I’m rubbish at pastry and don’t enjoy making it much, so I rarely make pies and tarts even though I love eating them. But when I saw this post at 5am Foodie, I immediately wanted to make apple pie and thought I’d better do it quick before I chickened out. There is something so nostalgic but also comforting about apple pie, it takes me straight back to my mother’s cooking of yesteryear. I was going to make a straight forward shortcrust pastry, but when it came to it I couldn’t resist making a chocolate version. So here is how I did it:
- Rubbed 180g unsalted butter into 260g flour (160g white, 100g wholemeal), 20g cocoa, 1/4 tsp salt, 1/2 tsp baking powder and 1 tbsp caster sugar until mixture resembled breadcrumbs.
- Added 3 tbsp water and bought mixture together forming it into a ball.
- Placed this in the fridge and left for a few hours until I was ready to assemble the pie (as I understand it, resting pastry in the fridge before using helps to stop the pastry shrink when cooking).
- Cut of just over 1/2 and rolled out to line a 9″ (23cm) pie dish
- Baked this blind at 180C for 10 mins. It shrank – hey ho, the best laid plans!
- Peeled, cored and sliced 6 medium sized windfall apples and put them in a bowl.
- Mixed in a tbsp lemon juice, 100g demerara sugar and 1 tsp cinnamon then left to go slightly syrupy.
- When pie base had cooled, piled in the apples.
- Rolled out remaining pastry until large enough to cover the top.
- Pressed the sides down to meet the pastry base.
- Cut shapes from remaining pastry and placed on top. This is where I went slightly wrong, I blithely decided to ignore Michele’s instructions to cut slits in the top to allow the steam to escape!
- Baked for 30 mins at 180C
Welcome to the second We Should Cocoa round up – hazelnuts this time. The second it may be, but it’s my personal first and Chele did such a good job of the last one, it will be hard to meet her standard. We didn’t get quite as many participants as we did for last month’s challenge – 16 in total, but the array is still impressive and entries no less inventive. Again, I am amazed at how many different creations can be dreamt up using two simple ingredients. And while last time their were some similarities in the recipes, this time everyone has come up with something quite different. Thanks to all those who took part, I’ve really enjoyed seeing these mouth watering posts – a true feast for the eyes. I feel completely spoilt for choice and wish I could try all of them. Do go and take a closer look by following the links. I’m sure comments would be appreciated too.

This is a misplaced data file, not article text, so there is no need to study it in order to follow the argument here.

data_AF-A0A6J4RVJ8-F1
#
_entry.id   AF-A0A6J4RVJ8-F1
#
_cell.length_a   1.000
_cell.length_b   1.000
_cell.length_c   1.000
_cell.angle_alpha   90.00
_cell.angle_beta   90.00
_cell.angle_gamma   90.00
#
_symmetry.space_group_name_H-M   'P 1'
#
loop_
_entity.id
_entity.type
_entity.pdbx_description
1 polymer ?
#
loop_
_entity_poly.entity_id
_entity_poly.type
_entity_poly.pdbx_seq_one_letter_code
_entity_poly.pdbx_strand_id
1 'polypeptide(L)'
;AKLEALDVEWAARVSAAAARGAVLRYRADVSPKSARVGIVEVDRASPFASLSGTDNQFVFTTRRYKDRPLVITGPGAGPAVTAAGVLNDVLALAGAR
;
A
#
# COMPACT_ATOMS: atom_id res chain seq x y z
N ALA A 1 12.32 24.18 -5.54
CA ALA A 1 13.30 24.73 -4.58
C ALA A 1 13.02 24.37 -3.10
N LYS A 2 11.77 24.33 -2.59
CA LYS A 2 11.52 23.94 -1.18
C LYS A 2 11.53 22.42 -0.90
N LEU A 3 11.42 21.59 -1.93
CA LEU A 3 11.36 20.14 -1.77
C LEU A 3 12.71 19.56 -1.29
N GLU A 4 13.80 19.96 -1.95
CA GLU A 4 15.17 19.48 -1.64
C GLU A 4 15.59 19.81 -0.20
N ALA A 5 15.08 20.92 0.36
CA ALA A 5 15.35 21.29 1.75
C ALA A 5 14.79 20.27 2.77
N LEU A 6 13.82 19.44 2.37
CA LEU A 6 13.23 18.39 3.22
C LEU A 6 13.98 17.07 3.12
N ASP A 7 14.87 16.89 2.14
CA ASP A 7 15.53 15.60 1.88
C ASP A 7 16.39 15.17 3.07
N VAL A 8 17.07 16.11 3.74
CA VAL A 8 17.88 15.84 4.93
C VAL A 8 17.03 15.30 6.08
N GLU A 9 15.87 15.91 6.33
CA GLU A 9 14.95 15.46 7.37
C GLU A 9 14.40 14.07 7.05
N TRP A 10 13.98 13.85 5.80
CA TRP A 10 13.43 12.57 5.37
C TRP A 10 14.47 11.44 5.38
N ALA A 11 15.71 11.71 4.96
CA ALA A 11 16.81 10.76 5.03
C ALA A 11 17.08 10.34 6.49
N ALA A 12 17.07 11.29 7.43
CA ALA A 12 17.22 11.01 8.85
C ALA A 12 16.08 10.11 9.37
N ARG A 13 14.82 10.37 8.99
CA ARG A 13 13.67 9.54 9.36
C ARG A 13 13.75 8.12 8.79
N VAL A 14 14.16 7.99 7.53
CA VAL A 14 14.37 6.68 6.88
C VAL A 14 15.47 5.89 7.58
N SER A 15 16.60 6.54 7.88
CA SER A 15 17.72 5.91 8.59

It was the last day of my holidays and having seen the lovely scones created by two of my favourite food bloggers Kath of The Ordinary Cook and MangoCheeks of Allotment 2 Kitchen, I sort of thought it would be nice to invite some friends over for tea. Scones, cake and tea, what could be better?